Style Arc Adeline dress #2 and #3

I’m on a red dress roll. Must be Christmas!

This fabric was a souvenir from Barcelona. I fell in love with the colours and I love border prints. As a bonus it’s an overprinted jacquard. Almost certainly made from synthetic fibres but interesting and unusual.

Hand sewing on the front verandah

The base is white (as you can see above) and the looseness of the jacquard means that there are a few spots where this shows. Like below. The jacquard weave also made it very prone to fray. The overlocker was essential!

Separating red threads in the middle of the leaf showing the white base layer

Style Arc’s Adeline was just the simple dress pattern I needed to showcase the fabric. I made a size 16 (printed at 98% by mistake).

Adeline Dress Sewing Pattern – Dress Sewing Patterns – Style Arc

My souvenir fabric was a precut of 1.5 m. At least it was 150 cm wide and with a border printed on both selvedges! But there was no way I was going to be able to cut out this pattern as drafted with the longer turned up sleeves.

No centre back seam either

After some pattern and fabric Tetris and accepting that cuffed sleeves and pockets were not part of my vision for this fabric, I successfully placed the pattern pieces on with the border at the hems and just a teensy bit on the shoulder.

There were enough scraps left for the hem and neck facings, and some self drafted sleeve hem facings.

I placed the border so that the maximum width of the border was on the front. This meant that the last few cms of plain red under the border shows on the lower back hem. Perhaps I could have placed it differently? Or straightened out the hem? Would that have been better? I’ll never know!

Such a comfortable dress to wear.

On it’s first “outing” I wore it to a day event with bare legs and blue sandals and then changed to black tights and heels for an evening event.

He who Cooks thought the opaque tights were a bit heavy and needed balancing out with a chunky black necklace. He was right!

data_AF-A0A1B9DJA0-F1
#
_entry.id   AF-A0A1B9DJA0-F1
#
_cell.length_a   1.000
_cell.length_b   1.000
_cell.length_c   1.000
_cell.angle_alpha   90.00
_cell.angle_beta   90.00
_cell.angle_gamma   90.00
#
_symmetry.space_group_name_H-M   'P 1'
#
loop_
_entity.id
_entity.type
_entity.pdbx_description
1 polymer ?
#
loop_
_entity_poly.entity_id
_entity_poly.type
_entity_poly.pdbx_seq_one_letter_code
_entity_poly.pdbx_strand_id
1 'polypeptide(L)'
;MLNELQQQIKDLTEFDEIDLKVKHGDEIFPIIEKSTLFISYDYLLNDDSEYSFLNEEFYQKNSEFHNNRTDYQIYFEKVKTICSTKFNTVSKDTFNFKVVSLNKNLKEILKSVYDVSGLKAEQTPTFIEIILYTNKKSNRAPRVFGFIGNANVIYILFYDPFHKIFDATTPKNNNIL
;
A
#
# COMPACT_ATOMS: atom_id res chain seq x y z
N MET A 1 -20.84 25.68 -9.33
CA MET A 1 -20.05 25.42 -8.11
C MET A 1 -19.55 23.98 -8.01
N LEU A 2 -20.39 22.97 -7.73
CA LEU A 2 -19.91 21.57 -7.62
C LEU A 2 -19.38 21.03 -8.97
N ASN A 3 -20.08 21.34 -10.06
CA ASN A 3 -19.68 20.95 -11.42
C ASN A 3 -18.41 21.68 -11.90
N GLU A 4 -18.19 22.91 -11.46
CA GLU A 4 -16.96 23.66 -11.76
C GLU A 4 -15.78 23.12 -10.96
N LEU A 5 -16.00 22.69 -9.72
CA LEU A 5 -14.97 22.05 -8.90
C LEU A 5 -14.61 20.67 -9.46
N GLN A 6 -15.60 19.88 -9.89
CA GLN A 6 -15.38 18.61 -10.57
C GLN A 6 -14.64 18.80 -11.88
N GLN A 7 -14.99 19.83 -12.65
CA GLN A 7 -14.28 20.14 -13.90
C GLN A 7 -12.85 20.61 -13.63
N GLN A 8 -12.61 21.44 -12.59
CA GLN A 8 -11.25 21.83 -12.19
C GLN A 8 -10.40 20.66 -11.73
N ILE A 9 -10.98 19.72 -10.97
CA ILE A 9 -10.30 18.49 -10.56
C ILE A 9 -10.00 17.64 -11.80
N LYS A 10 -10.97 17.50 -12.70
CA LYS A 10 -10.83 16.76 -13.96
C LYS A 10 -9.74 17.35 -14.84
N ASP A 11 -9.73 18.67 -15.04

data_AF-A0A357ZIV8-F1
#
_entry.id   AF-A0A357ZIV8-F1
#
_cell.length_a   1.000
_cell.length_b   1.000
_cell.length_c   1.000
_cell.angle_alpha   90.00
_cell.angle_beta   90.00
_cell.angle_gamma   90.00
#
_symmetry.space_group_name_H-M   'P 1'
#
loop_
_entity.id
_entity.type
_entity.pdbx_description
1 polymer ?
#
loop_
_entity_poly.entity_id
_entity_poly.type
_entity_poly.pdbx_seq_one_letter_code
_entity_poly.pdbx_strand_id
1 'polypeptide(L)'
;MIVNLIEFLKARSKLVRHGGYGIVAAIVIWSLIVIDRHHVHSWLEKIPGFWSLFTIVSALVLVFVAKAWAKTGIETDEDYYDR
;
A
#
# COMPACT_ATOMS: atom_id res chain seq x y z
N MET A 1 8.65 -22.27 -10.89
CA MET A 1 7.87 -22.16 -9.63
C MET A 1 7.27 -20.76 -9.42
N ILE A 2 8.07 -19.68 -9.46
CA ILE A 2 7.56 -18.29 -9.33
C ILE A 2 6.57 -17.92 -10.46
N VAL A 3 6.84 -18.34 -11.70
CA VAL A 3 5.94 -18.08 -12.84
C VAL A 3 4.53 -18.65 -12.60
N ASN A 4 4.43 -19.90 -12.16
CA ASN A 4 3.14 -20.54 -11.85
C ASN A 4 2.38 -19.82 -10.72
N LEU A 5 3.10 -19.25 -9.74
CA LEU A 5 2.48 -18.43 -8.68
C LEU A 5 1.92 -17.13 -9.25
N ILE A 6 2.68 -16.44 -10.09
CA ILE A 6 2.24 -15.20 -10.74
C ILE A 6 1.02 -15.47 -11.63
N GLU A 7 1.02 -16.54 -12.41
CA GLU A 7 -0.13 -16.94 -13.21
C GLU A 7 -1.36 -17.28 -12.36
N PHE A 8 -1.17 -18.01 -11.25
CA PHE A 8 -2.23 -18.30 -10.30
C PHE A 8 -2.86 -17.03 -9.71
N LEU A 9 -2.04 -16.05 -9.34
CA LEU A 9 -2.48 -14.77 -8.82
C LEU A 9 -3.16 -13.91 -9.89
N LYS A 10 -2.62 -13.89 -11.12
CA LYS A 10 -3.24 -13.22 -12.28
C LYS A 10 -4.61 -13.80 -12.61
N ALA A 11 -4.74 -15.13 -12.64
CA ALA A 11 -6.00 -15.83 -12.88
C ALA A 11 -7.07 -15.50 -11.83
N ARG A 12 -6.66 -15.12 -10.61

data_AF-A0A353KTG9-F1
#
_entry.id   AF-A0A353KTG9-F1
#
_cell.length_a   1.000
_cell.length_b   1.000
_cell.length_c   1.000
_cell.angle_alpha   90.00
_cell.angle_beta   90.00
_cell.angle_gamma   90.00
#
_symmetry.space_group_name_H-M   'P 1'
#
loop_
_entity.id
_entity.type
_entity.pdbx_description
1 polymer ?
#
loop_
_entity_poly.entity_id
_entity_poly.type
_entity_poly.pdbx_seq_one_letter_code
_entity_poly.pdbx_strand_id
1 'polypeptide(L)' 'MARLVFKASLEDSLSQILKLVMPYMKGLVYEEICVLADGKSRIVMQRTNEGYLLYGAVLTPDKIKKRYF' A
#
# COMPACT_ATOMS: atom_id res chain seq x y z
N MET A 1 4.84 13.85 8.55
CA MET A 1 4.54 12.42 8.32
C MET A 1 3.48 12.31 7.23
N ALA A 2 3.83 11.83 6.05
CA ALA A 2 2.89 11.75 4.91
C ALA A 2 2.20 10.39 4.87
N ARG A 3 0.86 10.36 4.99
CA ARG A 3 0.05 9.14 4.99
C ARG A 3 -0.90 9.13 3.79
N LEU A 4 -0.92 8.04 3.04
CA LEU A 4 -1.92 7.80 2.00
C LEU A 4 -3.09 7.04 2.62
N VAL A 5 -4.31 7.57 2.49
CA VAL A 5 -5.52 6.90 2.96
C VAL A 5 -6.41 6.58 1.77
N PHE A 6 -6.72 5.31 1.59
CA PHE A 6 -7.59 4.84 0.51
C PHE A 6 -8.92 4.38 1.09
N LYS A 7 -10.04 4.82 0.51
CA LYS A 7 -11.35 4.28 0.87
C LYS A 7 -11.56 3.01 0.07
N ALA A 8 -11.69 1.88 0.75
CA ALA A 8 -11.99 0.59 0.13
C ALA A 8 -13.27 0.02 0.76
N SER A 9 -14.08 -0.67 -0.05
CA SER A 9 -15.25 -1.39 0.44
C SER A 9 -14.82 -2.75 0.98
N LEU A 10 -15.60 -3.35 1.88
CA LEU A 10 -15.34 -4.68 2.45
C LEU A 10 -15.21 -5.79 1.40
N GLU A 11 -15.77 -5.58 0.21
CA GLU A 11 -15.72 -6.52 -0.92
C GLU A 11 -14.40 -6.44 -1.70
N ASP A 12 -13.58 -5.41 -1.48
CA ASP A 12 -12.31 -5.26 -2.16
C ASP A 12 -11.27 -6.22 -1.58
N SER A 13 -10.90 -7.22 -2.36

I love this pattern so much that I immediately made another one. This time with the cuffs and pockets in a turquoise silk nylon blend that’s been a long time stash dweller. The last time I sewed with this fabric was March 2011!!

It looks much less like scrubs in real life…. although these photos are starting to make me doubt…

I don’t think I’ve finished with this pattern yet.

Repeat offenders: Bella dress

I’ve being repeating patterns again.

I made another Tessuti Patterns Bella dress.

This version is sleeveless and made up in a gloriously happy silk from The Fabric Store.

And of course it has pockets.

It was hard to capture the fabric colour with these photos taken in late evening light but it’s a gloriously happy yellow with grey/mauve in a silhouette print.

I lined it with a very light weight white silk habotai.

Silk on silk. It feels like I’m wearing butterfly wings.

I love how a different fabric makes such a difference to how a pattern turns out.

I’ve made this dress pattern in wool crepe, a lightweight ponte, a polyester knit, novelty sweater knit, linen and now a lightweight silk. All of them different and lovely in their own way.

Back to this idea of repeating patterns. An excellent post by Sewing Artistry on why we sew has got me thinking. I love the way she puts it: “The very idea that I can take an abstract thought and convert it into something that I can touch, see and wear, but that becomes a useful part of my life is incredibly satisfying.